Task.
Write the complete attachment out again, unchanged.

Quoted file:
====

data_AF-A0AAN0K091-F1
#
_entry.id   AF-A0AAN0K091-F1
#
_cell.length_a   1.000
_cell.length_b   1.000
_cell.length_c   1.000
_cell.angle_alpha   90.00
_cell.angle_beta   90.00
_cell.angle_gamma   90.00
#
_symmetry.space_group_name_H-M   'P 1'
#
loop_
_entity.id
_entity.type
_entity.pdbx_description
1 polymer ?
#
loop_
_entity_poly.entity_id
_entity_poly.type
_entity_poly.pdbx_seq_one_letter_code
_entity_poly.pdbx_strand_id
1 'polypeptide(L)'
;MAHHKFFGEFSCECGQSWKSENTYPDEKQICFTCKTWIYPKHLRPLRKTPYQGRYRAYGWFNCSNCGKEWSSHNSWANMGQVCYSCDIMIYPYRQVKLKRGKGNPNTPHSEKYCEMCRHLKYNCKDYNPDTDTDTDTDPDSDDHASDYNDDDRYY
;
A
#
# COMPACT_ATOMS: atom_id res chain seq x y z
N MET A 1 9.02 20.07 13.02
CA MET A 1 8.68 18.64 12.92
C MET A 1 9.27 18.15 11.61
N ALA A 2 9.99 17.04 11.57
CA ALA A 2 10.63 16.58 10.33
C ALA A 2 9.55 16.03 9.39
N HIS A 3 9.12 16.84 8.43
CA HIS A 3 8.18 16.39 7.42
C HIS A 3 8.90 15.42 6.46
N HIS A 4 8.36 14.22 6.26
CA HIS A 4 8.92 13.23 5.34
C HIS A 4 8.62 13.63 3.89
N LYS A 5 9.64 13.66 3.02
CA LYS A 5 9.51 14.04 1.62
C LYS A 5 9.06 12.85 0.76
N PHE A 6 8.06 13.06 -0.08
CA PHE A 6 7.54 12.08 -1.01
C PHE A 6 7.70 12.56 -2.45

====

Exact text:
data_AF-A0AAN0K091-F1
#
_entry.id   AF-A0AAN0K091-F1
#
_cell.length_a   1.000
_cell.length_b   1.000
_cell.length_c   1.000
_cell.angle_alpha   90.00
_cell.angle_beta   90.00
_cell.angle_gamma   90.00
#
_symmetry.space_group_name_H-M   'P 1'
#
loop_
_entity.id
_entity.type
_entity.pdbx_description
1 polymer ?
#
loop_
_entity_poly.entity_id
_entity_poly.type
_entity_poly.pdbx_seq_one_letter_code
_entity_poly.pdbx_strand_id
1 'polypeptide(L)'
;MAHHKFFGEFSCECGQSWKSENTYPDEKQICFTCKTWIYPKHLRPLRKTPYQGRYRAYGWFNCSNCGKEWSSHNSWANMGQVCYSCDIMIYPYRQVKLKRGKGNPNTPHSEKYCEMCRHLKYNCKDYNPDTDTDTDTDPDSDDHASDYNDDDRYY
;
A
#
# COMPACT_ATOMS: atom_id res chain seq x y z
N MET A 1 9.02 20.07 13.02
CA MET A 1 8.68 18.64 12.92
C MET A 1 9.27 18.15 11.61
N ALA A 2 9.99 17.04 11.57
CA ALA A 2 10.63 16.58 10.33
C ALA A 2 9.55 16.03 9.39
N HIS A 3 9.12 16.84 8.43
CA HIS A 3 8.18 16.39 7.42
C HIS A 3 8.90 15.42 6.46
N HIS A 4 8.36 14.22 6.26
CA HIS A 4 8.92 13.23 5.34
C HIS A 4 8.62 13.63 3.89
N LYS A 5 9.64 13.66 3.02
CA LYS A 5 9.51 14.04 1.62
C LYS A 5 9.06 12.85 0.76
N PHE A 6 8.06 13.06 -0.08
CA PHE A 6 7.54 12.08 -1.01
C PHE A 6 7.70 12.56 -2.45